As my family says that it will take long years for medicine, but I don’t care as long as I fulfill my dream.

    I’ll like you to advise me on what you think I should do.


    • V

      May 2, 2017 at 4:27 pm

      > Same here. Entering imperial master this sep and my dad wants me to get a job and earn money asap… because med courses are long and too expensive *sigh… But I am still gonna push it through! Despite may not be able to pay for med school in the future, I will continue to study my entrance exams as hard as possible and leave no regrets behind!!!


  118. hasine

    March 23, 2017 at 12:01 pm

    Thanks for those hints


  119. albarkaj

    April 9, 2017 at 2:08 pm

    nice I’m undergraduate wanting to be come a medical student and this guide me to put more effort on my studies


  120. Otunte Christopher Jr

    April 9, 2017 at 8:06 pm

    Nice article, I was really inspired by this. I really wanna be a Medic not just for the high salary earn but for the passion I have for this career right from my Basic classes. Thanks for the article,it helps alot by rekindled my hope and passion for this great career


  121. Abah Esther

    April 10, 2017 at 6:51 pm

    I was totally confused on what to study next at the university. I have my nce certificate and i wanted to go for medicine but all this time I taught medicine is going to be tough so i have decided to go for any related courses available. This article has made to focus on my dream again. Thanks for the counseling


  122. mehru abbasi

    April 27, 2017 at 7:00 pm

    this was the very motivated post… its a really gud idea to become easily a doctor.if anyone read this post they will be so excited to study well in any university with a great interesting,and with no any worries…


  123. Faith Splendour

    May 11, 2017 at 8:08 am

    Wow!Its Inspiring.I Know I Can Do It.U Boosted My Confidence.U Made Me Realized I Am Going To Be A Great Doctor Someday.Hardwork,dedication,willpower,tenacity,faith And Forbearance Is All One Need.


  124. alaa yassin

    May 16, 2017 at 2:07 pm

    but what about studying medicine in developed country like egypt , I feel demoralizing … I cant compare myself to any other medical student in other countries …. I seek to present a good medical service to my patients in the future but what I have actually learned or what a bad way of teaching !?


  125. femi

    June 8, 2017 at 3:38 pm

    the main route to become a successful doctor is through hard working,dedication managing your time and do not lag behind…….


  126. Arya

    June 20, 2017 at 7:56 am

    Wow. I’m only just finishing up in high school and I am already so inspired by this article. Thank you so much. I feel so confident now going into medicine.


  127. Vid

    July 8, 2017 at 7:22 pm

    So sweet advice any person can give


  128. Edna

    July 18, 2017 at 10:10 am

    So nice and encouraging! This article really helped me understand how to tackle the challenges I will be encountering as I go into the university to study medicine to become a great and efficient doctor


  129. NOBLE

    July 19, 2017 at 6:01 am



  130. fatuase Emmanuel

    August 1, 2017 at 8:44 am

    Tanks so much
    an encouraging article


  131. Somto

    August 23, 2017 at 11:42 pm

    Thanks for this post. It’s really helpful


  132. ayamhe steven

    September 6, 2017 at 2:49 pm

    i still need help about my spelling am still a kid ples anybook for that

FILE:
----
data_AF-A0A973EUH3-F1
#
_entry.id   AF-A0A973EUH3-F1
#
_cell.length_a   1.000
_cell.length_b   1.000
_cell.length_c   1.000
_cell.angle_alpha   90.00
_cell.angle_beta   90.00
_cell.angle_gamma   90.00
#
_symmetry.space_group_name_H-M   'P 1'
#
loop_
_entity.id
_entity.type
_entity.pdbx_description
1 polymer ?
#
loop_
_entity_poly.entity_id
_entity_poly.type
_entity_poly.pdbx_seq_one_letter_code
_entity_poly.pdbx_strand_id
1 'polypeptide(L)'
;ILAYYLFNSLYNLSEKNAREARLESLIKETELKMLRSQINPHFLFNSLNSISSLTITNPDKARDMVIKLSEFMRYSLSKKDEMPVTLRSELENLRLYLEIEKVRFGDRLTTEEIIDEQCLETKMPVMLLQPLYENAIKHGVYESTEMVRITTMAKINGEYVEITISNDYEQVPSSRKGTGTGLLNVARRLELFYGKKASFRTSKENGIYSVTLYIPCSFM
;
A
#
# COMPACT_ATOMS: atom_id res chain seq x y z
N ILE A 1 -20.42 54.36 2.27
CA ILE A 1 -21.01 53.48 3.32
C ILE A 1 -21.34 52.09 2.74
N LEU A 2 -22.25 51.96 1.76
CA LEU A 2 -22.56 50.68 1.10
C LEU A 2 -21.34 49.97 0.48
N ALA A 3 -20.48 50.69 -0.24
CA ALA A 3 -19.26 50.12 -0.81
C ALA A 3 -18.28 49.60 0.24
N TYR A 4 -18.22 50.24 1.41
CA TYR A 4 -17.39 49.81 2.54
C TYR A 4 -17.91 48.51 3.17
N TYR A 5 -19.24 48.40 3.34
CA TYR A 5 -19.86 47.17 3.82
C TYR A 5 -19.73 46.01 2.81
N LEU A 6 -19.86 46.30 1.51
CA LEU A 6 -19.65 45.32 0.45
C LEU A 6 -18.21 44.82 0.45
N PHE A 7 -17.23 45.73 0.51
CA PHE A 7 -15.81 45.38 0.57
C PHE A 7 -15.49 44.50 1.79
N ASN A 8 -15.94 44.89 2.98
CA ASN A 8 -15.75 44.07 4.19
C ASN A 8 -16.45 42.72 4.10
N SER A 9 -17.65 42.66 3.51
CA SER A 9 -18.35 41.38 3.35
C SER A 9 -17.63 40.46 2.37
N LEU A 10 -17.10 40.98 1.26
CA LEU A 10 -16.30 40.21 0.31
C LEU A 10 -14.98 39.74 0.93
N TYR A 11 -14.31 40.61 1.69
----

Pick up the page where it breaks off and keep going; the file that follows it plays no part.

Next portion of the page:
133. Amaechi confidence

    September 12, 2017 at 9:43 am

    Am so grateful to have read this, thank you so much, so many people would only discourage you by asking u if u have brain to study medicine but what I know is that what they teach us while in the process of learning is what they will set for us in our exams but at the same time we should also broaden our perspective, our horizons, read with all our hearts, do not listen to the ill words people use on medicine, just believe in yourself that you can do it. Yes of course we should not base on lecturer’s note but we should also make research and study both the practical aspect and the theoretical aspect, and lastly leave God almighty to do the rest.
    Thank you so much.


  134. Esther wausi kanyasya

    September 14, 2017 at 10:06 am

    please sent to me all categories based on medicine …
    mostly Im after the knowlge of all medicne programmes


  135. katete James

    September 14, 2017 at 10:26 pm

    Thanks alot for the great post, it’s all about hardwork, determination, courage and being result oriented that can make you successful otherwise nothing is impossible, it’s a matter of giving it time.


  136. Fidelis Arinze

    November 2, 2017 at 10:17 am

    Hi…am Fidelis Christian Arinze..
    Seriously i enjoyed this article alot because am a kind of person that love medical course. But my problem is that am that good in science subjects am confuse on to go about it i just finish my ssce and thankGod for the result all was credit. I so much gain alots this morning..
    Thank you somuch and remain. Please if i can get some advice on how to go.


  137. Madelyn

    November 26, 2017 at 4:07 am

    Woah. I’m a graduating high school student and still thinking of what course will I take in college. This post help me a lot and now, studying medicine is one of my list. Can I be a doctor?


  138. Salih

    December 26, 2017 at 11:15 pm

    I have no any connection with the medicine, but tonight I wrote in Google search ” important things in medicine” and it drove me to this text which I read, and it make me to respect the medicine even more.


  139. Julia Wilhelm

    January 10, 2018 at 1:39 pm

    Thank you soo much! This really is helpful 😊


  140. gadisjp.com

    January 11, 2018 at 7:31 am

    articles that are very good and for the future I hope your article more useful thanks again.


  141. noora

    January 24, 2018 at 3:19 pm

    hi guys
    i want to be a doctor but i am scared i dont know that if i am choosing the right path pls help .
    i am confused


  142. Sydney

    February 3, 2018 at 8:54 pm

    Add a comment…God bless..